Elder Abuse


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As a person ages, he may be less able to defend himself in physically or mentally aggressive situations. He may not see or hear well or may not think as clearly as he used to, making him a target for dishonest people. Elder abuse often takes place where the senior lives. In addition to strangers, abusers can be adult children or other family members, such as grandchildren, or the senior's spouse/partner.

There are several forms of elder abuse:

Physical abuse is the intentional use of force against an elderly person that results in physical pain, injury, or impairment. Such abuse includes not only physical assaults, such as hitting or shoving, but also the inappropriate use of drugs, restraints, or confinement. Signs of physical abuse include:

  • Unexplained   injuries,   broken   bones, bruising
  • Client is afraid of her caregiver
  • Broken eyeglasses

    Sexual abuse is sexual contact with an elderly person without the senior's consent. Signs of sexual abuse include:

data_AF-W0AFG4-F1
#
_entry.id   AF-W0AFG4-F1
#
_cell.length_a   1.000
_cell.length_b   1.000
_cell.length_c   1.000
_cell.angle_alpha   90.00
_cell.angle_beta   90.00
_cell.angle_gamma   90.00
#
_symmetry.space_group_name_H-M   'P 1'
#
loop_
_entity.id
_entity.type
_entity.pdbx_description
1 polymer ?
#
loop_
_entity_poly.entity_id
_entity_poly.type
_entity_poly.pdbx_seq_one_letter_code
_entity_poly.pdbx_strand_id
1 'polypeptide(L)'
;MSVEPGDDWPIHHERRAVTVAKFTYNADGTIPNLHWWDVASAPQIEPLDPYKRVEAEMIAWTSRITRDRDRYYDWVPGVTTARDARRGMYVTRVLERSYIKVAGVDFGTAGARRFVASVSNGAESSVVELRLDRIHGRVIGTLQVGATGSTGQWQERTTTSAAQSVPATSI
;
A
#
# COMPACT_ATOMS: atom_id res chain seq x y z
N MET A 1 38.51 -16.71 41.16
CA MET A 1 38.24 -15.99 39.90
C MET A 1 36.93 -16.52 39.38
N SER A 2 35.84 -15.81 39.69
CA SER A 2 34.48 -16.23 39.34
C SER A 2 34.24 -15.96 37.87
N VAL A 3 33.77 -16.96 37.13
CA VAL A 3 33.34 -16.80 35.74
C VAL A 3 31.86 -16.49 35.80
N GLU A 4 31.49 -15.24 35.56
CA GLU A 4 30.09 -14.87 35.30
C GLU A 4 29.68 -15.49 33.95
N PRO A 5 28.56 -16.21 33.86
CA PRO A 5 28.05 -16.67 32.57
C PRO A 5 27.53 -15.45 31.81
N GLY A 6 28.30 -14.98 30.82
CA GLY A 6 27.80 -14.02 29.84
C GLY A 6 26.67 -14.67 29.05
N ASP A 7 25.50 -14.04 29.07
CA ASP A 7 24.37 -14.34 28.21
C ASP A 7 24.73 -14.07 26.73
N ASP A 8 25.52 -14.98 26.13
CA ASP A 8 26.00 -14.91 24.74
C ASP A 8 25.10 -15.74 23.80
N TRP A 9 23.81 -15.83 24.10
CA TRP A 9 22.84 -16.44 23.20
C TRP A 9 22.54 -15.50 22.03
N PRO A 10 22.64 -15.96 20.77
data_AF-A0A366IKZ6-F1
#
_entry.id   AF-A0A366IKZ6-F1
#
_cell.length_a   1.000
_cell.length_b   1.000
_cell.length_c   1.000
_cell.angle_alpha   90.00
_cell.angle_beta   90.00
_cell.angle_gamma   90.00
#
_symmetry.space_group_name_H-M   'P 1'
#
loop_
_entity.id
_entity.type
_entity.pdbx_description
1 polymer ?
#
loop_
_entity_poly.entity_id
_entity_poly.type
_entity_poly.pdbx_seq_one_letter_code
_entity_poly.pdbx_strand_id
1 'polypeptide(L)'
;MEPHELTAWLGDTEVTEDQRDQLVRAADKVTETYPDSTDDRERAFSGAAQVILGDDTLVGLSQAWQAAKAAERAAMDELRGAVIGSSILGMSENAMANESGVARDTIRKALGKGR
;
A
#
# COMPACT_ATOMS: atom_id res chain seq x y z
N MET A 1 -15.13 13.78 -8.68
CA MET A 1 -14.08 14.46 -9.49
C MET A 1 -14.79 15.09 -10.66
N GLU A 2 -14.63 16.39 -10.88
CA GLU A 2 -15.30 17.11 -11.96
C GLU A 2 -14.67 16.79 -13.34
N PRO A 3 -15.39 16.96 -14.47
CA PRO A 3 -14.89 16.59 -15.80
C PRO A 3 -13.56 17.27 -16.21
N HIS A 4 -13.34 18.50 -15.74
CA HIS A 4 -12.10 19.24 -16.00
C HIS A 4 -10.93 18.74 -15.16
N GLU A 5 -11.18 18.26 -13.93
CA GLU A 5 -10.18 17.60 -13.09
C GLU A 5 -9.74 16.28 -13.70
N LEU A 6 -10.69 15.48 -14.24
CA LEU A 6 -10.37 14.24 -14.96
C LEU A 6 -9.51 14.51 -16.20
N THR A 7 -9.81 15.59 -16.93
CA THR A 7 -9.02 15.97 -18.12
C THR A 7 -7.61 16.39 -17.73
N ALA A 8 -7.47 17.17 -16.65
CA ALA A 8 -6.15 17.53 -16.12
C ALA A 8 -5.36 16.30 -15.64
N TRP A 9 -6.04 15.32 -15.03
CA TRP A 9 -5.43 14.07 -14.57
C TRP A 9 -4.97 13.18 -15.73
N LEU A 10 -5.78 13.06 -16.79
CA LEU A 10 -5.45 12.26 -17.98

• Bruising or unexplained bleeding around the genitals
  • Torn, stained, or bloody underclothing
  • Client is afraid of her caregiver

    Emotional abuse is speaking to or treating a senior in ways that cause emotional pain or distress. Signs of emotional abuse include:
  • Client is afraid of her caregiver
  • Depression
  • Client rocking or mumbling to self

Neglect is the failure to fulfill a caregiving obligation. Signs of neglect include:

  • Unsanitary or unsafe living conditions
  • Poor hygiene
  • Malnutrition
  • Improper clothing
  • Lack of attention to health care needs -for example, medications not refilled on time
  • Financial exploitation is the unauthorized use of a senior's funds or property by a caregiver, family member or outside scam artist. As the economy worsens and the population ages, financial exploitation of older people is becoming more widespread. It is important to watch for signs your client is being taken advantage of, especially if your client lives alone. Signs that your client may be the target of financial exploitation include:

    Stacks of magazines or unopened shipping boxes
  • Frequent phone calls from people who aren't friends or family
  • Junk mail from organizations seeking donations or offering sweepstakes
  • Items or cash missing from the senior's household
    Unpaid bills or lack of medical care when the senior has enough money to pay for them
    Unnecessary services, goods or  subscriptions
    If you have concerns about your client's physical, mental or financial safety, please call the franchise office immediately.

For more information on how to protect seniors from financial exploitation, go to www.protectseniorsfromfraud.com

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